BD: “I knew if there was ever a question or comment by any customer, or reporter, I could defend any statement I ever made as truthful and accurate.”

In so many cases, and for so many years, this simple commitment to the “Tell, Don’t Sell” presentation technique proved easy and effective.

BD: “As a trainer today, I’m amazed when I hear what’s still being said in dealerships.”

~95% of what is said/offered by a car salesperson, manager, or other party who comes in contact with a customer, may be true and accurate. Sadly, ~5% is conveniently falsified. This seemingly small percentage of deception can still be the ruination of a career or organization. Let’s not forget the poor customer who was scammed instead of given clear and transparent information so they could make a level-minded, informed decision on their own.

Throughout his retail years, and current day training of finance managers, sales personnel, and managers, Bob asserts:

“It’s much harder to lie than to just tell the truth. You have to keep track of so many angles, and stories, and so on. Why not concentrate on a fix? The addition or subtraction of just a few words can make a huge difference in almost all cases. Why not take the time and effort to correct speech patterns, word tracks, and presentations, to accentuate accurate information and omit anything considered stretching or just simply false?”

Bob’s best example is listening to countless salespeople or finance managers telling a customer: “You can refinance in 6 months”, when in fact they’re knowingly withholding a lot of supporting information which would make that statement true vs. false.

Simply replacing the word “can” with the phrase “may be able to” is the first step, but don’t stop there. Explain the issue, the likelihood of their success, and accentuate that 6 timely payments alone are not going to get them qualified. Explain that they will most likely need to save and have a down payment available to reduce the unpaid principle balance, and without additional money, they will likely not be able to refinance for a while, etc.

BD: “It’s ok, they already know it. It just takes a little ethical discipline, two extra minutes, and the grand total of 100 extra words. A customer can be truthfully explained what a possible refinance would look like, and how it may work.”

The old way, or the right way? The delivery results are almost always identical on the surface. 99 of 100 customers are still going to take the deal, as most customers have an amazing talent of self-persuasion. The stark difference comparing the two are: the customer will respect the way they were treated, they will thank you for taking great care of them, and they will leave without a reason to ever complain about “what they were told”. 

Instead, think of the same customer coming into the dealership, or going to some other institution, attempting to fulfill the managers’ “you can refinance” pledge. Back to the complaints, the bad reviews, the stigma…

BD: “Telling, not selling, goes a lot further than finance department practices and refinance conversations; it plays out in every conversation a customer has with any representative in a dealership. Disclosing information will always work better then persuasion. The disclosure of facts requires no unwelcome opinions or twisting information to serve a purpose of self-fulfillment. Our entire disclosure presentation-based training is so effective, it raises customers’ confidence, therefore raising their reception and lowering their resistance, which is the root of great results, both during and post-sale.”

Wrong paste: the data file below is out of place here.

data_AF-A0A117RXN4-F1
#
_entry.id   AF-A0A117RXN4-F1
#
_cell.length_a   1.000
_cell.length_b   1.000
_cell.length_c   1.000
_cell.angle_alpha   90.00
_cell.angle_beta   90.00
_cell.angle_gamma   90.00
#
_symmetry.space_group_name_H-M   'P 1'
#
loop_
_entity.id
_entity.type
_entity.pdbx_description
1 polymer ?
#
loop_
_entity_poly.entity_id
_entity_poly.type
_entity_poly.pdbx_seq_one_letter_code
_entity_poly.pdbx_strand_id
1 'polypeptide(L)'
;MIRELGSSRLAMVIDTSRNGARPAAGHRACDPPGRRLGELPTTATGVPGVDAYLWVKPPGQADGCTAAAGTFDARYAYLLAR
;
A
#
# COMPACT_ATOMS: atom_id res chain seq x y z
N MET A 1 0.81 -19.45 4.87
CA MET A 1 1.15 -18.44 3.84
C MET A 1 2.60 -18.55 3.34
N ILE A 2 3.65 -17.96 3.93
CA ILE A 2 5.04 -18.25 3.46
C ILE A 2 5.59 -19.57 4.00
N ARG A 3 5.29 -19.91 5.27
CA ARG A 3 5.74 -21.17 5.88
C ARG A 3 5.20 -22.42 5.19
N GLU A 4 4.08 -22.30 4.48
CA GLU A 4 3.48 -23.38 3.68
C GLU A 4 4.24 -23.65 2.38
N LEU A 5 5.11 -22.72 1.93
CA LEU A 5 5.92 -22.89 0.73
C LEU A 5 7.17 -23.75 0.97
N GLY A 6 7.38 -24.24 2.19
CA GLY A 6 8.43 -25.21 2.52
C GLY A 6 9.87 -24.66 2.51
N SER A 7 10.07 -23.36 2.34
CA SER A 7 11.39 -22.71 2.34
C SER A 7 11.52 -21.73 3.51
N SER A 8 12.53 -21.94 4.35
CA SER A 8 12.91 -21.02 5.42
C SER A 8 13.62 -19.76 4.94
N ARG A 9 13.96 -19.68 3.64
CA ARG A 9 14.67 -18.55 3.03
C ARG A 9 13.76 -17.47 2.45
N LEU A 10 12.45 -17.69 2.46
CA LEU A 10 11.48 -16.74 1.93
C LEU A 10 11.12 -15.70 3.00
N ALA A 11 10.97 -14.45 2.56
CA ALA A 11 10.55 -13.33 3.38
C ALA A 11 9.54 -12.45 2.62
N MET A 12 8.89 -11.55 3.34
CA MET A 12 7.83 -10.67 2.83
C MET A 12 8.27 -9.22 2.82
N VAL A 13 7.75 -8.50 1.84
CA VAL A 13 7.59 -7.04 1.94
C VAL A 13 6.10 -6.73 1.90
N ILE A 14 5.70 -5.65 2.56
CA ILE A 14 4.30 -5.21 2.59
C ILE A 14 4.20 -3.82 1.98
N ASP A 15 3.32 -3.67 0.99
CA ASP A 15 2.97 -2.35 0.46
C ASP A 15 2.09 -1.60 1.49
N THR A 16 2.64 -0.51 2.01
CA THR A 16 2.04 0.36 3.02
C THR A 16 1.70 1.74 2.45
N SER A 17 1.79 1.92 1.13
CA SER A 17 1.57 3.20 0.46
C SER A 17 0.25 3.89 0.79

To sell something, by definition, is to exchange a product or service for money. It does not mean to persuade, delude, or mislead. 

BD: “These are shortcut behaviors which seem like talent, but end up getting you beat-up in the parking lot, or worse, on the 7 o’clock news.”

As of the writing of this article almost 28 years after starting his position as the finance director of the Northeast dealer referred to in this story, Bob and those two dealer partners are still working together. Bob and his company, UDA, supply their dealership with finance products and programs, income development. Their finance, sales staff, and managers all have the same motto: “Tell, Don’t Sell!”

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Robert DiGiacomo
Robert DiGiacomo
Bob DiGiacomo is the executive VP of operations at UDA (United Dealers Alliance). UDA provides finance products and programs to dealerships throughout the country and specializes in managing customized exclusive dealer programs, provided by the best administrators in the industry focusing on long term dealer wealth. Beyond a full catalog of F&I products and programs, Bob and his team are experts in retail performance from each department within the dealership. With over 30 years in retail finance experience and his “Tell Don’t Sell” presentation techniques, Bob enjoys the highest praise from his dealer partners. Adding to the vast resources of his team, UDA encapsulates the perfect dealership operation health monitoring system in the business. From the largest measurable a store encounters daily, to the smallest issues which are equally as important, but often overlooked. UDA partnered dealerships are equipped with the most comprehensive operation knowledge management tool in the industry. To learn more about UDA and to connect with Bob and his team, visit or contact Bob DiGiacomo directly at (321) 300-6213 or